Far Cry 5 is just a few weeks away and we finally had the opportunity to get our hands on the PC version. It looks amazing, but more important to most players will be how many buttons and gears they can tinker with to optimize it for their system. While we're still waiting on code to see how Far Cry 5 runs, we can at least eyeball the graphics settings and display options until then. Keep in mind that this is a preview build, so what you see is subject to change.
The expected display options are present with the welcome addition of the menu display option, which you can enable to shunt some UI elements off to another monitor entirely. I'm a big fan of the VRAM meter too, a recent trend that helps visualize what your PC might be capable of.
The environment detail options are about what I expected, broken down by the usual categories for an open world game set in a wilder environment. Anti-aliasing options are limited to SMAA and TAA, though the latter isn't supported by multi-GPU setups.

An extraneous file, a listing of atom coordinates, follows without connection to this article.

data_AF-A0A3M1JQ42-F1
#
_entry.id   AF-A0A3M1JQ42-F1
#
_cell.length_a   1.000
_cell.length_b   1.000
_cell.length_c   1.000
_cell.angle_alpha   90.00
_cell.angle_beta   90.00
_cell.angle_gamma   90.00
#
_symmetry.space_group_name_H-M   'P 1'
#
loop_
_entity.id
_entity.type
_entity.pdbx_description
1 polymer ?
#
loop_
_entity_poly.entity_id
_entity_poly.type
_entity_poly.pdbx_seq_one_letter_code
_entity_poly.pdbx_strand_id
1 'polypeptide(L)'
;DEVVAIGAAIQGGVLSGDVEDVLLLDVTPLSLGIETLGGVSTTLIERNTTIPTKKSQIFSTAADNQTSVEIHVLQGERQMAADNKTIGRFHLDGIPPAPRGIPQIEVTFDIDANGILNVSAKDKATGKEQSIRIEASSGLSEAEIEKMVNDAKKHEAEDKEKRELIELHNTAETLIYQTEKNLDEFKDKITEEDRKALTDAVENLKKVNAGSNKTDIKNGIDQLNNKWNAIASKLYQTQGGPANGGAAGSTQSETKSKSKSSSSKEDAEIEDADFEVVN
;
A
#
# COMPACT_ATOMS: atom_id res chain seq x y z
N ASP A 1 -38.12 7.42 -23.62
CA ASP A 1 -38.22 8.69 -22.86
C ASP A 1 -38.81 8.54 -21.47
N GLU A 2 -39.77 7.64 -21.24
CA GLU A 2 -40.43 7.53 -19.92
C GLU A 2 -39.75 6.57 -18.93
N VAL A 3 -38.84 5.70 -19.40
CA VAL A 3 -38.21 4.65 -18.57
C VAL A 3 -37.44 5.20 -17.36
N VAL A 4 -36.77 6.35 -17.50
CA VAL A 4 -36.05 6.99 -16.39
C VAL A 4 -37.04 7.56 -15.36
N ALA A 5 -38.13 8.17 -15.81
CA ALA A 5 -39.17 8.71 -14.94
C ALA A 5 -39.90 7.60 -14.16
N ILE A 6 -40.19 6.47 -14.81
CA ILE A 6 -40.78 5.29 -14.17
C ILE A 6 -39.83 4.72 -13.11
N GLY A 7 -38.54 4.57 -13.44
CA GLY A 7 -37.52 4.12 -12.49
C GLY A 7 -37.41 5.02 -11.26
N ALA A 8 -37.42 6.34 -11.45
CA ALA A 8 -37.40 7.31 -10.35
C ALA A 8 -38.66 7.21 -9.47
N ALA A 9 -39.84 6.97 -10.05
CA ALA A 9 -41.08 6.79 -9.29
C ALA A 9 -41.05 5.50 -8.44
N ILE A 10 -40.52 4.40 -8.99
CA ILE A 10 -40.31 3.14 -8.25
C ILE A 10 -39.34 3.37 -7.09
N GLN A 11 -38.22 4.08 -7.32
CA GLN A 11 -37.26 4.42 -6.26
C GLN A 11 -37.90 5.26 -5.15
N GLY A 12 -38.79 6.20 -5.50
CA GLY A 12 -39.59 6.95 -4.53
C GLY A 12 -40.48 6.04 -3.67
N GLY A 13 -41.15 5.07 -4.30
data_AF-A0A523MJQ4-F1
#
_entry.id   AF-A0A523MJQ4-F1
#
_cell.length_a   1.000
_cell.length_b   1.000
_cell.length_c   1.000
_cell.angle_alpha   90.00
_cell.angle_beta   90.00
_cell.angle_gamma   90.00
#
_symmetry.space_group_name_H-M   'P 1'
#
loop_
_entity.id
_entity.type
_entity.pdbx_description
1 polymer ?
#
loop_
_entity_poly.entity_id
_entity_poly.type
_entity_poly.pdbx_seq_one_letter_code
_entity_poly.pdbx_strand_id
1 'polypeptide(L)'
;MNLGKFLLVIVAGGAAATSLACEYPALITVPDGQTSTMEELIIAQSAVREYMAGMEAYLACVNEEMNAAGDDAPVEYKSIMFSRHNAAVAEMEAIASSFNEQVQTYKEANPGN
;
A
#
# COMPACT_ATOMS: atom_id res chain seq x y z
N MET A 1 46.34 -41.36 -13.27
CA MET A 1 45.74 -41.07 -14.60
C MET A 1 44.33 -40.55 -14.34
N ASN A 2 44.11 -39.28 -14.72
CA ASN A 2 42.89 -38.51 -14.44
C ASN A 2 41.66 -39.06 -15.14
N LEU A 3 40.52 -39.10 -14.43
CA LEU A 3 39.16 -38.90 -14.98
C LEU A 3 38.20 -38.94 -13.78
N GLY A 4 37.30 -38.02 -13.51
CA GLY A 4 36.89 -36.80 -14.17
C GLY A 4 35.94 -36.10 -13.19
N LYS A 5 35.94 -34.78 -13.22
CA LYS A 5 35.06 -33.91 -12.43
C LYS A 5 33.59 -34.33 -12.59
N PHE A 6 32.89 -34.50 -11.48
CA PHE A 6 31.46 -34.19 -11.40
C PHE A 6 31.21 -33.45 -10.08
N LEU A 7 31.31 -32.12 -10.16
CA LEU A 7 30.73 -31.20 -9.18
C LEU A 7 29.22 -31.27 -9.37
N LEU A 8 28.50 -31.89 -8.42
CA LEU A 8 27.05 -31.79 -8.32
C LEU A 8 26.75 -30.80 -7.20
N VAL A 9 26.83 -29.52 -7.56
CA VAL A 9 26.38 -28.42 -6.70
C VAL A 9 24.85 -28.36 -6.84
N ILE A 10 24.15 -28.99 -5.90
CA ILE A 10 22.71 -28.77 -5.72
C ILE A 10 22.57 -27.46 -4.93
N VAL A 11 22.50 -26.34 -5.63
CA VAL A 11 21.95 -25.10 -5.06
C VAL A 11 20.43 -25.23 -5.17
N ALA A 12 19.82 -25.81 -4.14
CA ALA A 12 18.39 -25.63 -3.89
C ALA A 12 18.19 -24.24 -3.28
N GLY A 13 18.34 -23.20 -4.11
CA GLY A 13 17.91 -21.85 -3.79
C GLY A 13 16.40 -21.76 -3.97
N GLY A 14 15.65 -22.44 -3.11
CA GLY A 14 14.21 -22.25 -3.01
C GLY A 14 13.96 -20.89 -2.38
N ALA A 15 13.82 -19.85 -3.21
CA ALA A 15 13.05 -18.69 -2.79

I dig the addition of brightness and contrast adjustment meters alongside the usual gamma scale. A colorblind mode is available too, though we won't know how expansive or effective the setting is until Far Cry 5 is out in the wild.
The blessed FOV scaler is there, and it goes pretty high too. I like a nice 90, which sits at the halfway point on the scale. Those that prefer fisheyed views should be happy here. Good news for framerate diehards: it's not locked unless you want it to be. For anyone aiming to get a steady 60 at 4K, it's a welcome feature, but if you like your framerates unimpinged, then there's nothing to worry about here. Resolution scaling is there too, a feature that adjusts the rendered resolution independent of the display resolution. If you want to run Far Cry 5 on a 4K display but can't quite juice it, you can scale down the resolution until things flow smoothly. And if you're rolling with a trusty 1920x1080 display but want to sharpen the jaggies, bumping up the resolution scaling should provide a sharper image (at a performance cost, of course).
None of this matters too much if Far Cry 5 doesn't run well, but I don't expect major issues. Previous Far Cry games haven't been a nightmare on PC in my experience, though that may not be the case for everyone. We'll be sure to run it through the benchmark ringer when it's released on March 27.
VIDEO: 30 minutes of Far Cry 5 singleplayer running on PC, also available on YouTube.